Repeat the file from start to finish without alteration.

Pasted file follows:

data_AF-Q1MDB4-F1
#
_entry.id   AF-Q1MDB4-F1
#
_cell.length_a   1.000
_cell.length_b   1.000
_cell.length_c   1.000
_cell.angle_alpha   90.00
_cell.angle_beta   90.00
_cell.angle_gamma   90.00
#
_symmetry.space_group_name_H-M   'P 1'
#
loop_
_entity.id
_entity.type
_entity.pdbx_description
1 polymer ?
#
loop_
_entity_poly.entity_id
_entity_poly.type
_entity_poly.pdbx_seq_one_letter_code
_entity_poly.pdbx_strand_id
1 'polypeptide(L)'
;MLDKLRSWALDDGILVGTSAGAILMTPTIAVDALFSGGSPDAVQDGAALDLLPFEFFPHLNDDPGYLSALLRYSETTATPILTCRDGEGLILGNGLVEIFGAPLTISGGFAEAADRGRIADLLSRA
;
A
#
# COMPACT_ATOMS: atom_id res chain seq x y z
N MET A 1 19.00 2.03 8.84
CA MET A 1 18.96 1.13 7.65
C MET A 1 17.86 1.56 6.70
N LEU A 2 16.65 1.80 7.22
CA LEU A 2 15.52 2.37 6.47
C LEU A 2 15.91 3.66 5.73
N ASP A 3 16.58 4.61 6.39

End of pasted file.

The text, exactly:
data_AF-Q1MDB4-F1
#
_entry.id   AF-Q1MDB4-F1
#
_cell.length_a   1.000
_cell.length_b   1.000
_cell.length_c   1.000
_cell.angle_alpha   90.00
_cell.angle_beta   90.00
_cell.angle_gamma   90.00
#
_symmetry.space_group_name_H-M   'P 1'
#
loop_
_entity.id
_entity.type
_entity.pdbx_description
1 polymer ?
#
loop_
_entity_poly.entity_id
_entity_poly.type
_entity_poly.pdbx_seq_one_letter_code
_entity_poly.pdbx_strand_id
1 'polypeptide(L)'
;MLDKLRSWALDDGILVGTSAGAILMTPTIAVDALFSGGSPDAVQDGAALDLLPFEFFPHLNDDPGYLSALLRYSETTATPILTCRDGEGLILGNGLVEIFGAPLTISGGFAEAADRGRIADLLSRA
;
A
#
# COMPACT_ATOMS: atom_id res chain seq x y z
N MET A 1 19.00 2.03 8.84
CA MET A 1 18.96 1.13 7.65
C MET A 1 17.86 1.56 6.70
N LEU A 2 16.65 1.80 7.22
CA LEU A 2 15.52 2.37 6.47
C LEU A 2 15.91 3.66 5.73
N ASP A 3 16.58 4.61 6.39